Tuesday, February 15, 2011

a plan

Everything starts with a plan. In this case, it's a plan that's been growing and refining since 2008, when we purchased the lot and started to think about the ways each of the house's components related to the neighborhood around it.

The first gesture was probably the porch. Since the house sits at an intersection of two small streets, we decided to address the corner with a porch, which is analogous to the way we like greeting our neighbors. We'll write more about the house's stance toward social engagement in future posts.

Next came the living room and dining room, which form a single large space on the west side of the site.
From here, the living and dining rooms look west (through a large expanse of windows) into a one-acre park across the street, and look east (through a large expanse of sliding doors) into the courtyard. The courtyard is the fulcrum around which we organized the house. It is probably the major space "in" the house, and the kitchen opens out onto it.

The kitchen is going to be an interesting space. Since it faces north into the courtyard, we've glazed the large opening between the kitchen and courtyard to allow lots of indirect light into the kitchen. We will fill this opening with a 16' run of sliding doors (sitting on top of the countertop) which will open, allowing us to pass food and plates back and forth between the courtyard and kitchen. The ceiling above the kitchen is very tall (over 20' high at its peak), because the roof is angled for optimal solar orientation. By setting the roof at a 25-degree angle and facing it due south, we've created the ideal platform for photovoltaic panels to generate electricity (our solar hot water heater, however, is set on a lower roof - less optimal, but still pretty good). We'll write more about the house's environmentally sustainable features in later posts.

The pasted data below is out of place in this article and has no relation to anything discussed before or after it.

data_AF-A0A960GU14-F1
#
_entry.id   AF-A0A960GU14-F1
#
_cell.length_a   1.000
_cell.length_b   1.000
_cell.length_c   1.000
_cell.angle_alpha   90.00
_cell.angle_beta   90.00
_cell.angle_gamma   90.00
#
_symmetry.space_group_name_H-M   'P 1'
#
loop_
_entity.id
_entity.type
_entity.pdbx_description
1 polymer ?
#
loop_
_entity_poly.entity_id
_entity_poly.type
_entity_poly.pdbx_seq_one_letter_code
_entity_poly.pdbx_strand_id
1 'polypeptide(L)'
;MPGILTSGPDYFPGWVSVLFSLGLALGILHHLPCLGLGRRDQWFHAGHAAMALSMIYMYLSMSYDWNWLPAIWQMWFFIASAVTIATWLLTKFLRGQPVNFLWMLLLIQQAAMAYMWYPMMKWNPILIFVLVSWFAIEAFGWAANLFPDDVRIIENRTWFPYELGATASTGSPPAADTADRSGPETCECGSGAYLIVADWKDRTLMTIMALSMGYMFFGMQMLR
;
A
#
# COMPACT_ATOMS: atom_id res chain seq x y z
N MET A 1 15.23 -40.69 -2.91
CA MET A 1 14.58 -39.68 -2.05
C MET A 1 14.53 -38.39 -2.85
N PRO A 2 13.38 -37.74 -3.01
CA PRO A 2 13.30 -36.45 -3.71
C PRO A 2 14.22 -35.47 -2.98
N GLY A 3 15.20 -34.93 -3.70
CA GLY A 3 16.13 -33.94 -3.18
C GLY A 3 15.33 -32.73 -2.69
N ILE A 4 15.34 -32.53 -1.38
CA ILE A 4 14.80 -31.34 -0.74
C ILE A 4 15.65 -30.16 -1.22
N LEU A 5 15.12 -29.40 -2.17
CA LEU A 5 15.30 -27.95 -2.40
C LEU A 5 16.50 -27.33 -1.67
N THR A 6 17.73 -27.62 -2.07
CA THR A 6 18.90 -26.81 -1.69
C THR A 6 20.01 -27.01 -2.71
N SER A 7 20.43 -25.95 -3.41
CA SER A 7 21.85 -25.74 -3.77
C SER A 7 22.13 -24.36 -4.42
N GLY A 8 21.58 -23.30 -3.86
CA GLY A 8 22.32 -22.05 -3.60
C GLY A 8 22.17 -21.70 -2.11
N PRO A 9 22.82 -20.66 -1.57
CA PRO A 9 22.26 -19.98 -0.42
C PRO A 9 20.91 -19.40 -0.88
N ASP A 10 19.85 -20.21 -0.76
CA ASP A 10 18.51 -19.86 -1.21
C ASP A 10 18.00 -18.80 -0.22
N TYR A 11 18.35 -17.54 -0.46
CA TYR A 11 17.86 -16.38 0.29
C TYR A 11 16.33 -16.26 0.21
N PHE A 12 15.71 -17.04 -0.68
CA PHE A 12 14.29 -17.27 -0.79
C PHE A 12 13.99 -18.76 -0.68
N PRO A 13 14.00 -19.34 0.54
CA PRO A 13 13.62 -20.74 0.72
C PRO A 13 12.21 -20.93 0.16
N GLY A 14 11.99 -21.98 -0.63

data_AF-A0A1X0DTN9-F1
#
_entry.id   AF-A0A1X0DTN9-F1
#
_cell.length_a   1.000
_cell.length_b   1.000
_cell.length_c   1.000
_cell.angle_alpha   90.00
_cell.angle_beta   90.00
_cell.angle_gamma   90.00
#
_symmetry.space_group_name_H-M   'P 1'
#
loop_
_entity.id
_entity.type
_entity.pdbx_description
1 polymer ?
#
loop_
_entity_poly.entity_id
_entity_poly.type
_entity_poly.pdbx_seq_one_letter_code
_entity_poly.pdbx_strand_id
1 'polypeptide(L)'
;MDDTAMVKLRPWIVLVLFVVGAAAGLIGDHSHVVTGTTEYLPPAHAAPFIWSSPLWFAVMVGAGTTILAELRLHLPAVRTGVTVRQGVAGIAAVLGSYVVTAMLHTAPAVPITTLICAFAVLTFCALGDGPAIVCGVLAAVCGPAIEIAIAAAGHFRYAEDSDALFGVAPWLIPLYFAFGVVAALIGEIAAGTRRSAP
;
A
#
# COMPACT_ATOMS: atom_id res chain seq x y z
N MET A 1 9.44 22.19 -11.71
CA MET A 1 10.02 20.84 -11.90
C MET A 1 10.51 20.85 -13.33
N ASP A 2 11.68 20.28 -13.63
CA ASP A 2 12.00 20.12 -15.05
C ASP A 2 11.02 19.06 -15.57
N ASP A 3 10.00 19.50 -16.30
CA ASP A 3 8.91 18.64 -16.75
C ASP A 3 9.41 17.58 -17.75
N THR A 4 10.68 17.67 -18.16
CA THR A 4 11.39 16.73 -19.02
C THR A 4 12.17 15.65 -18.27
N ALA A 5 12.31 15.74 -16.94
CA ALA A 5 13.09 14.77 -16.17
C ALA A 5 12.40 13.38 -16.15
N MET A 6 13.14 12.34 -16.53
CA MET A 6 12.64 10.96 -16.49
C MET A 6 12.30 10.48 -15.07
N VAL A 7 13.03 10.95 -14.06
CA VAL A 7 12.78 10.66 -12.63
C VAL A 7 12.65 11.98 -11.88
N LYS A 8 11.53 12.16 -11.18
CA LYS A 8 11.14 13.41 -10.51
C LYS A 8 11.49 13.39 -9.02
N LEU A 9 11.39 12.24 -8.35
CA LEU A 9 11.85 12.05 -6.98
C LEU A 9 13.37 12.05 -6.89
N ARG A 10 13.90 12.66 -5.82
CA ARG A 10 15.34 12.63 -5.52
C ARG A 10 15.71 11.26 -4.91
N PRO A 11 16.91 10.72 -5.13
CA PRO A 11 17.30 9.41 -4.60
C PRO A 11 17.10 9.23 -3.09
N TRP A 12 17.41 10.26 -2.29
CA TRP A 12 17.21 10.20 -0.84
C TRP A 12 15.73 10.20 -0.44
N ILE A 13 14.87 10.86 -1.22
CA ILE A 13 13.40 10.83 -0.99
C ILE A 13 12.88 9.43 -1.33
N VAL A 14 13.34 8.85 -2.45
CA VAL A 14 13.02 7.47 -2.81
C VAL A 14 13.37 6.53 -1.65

1. That sounds absolutely wonderful.

  2. Thanks, Lillian. We think it's going to work out pretty well. We're excited to see all the things we can't or haven't anticipated, too.

  3. The more I look at this plan the more I like it. It is efficient and the galley style kitchen servers as circulation, which during warm weather would often be by-passed since a direct route through the courtyard is highly desirous. While the courtyard serves as a critical hub, the periphery of this house is is highly responsive. To entry, the corner, the west park, privacy off the master towards the east, even to the best location to a guest bedroom. (is that where I'm going to sleep?...LOL).

    I'm very excited to see this all come together. I do have one question for you David. In the master, is the shower next to the tub as a walk-thru or is that "X" representative of something else?


  4. Thank you, Anthony! That is very well put - you've picked up on a lot of the concerns that shaped the design. We really thought of it in terms of the way the internal program elements relate to the site and surrounding neighborhood.

    And yes, that's your room by the entry, though you'll have to share. Apparently, people like coming to Miami. It was Holly's idea to put the guest room by the entry, so that guests would be able to come and go at their leisure and not feel obliged to interact with us every time they leave their room. We also like the efficiency of the guest bath, which is split into a w/c that opens to the hall (as a regular hall 1/2 bath) and a bathtub room that only opens to the guest room.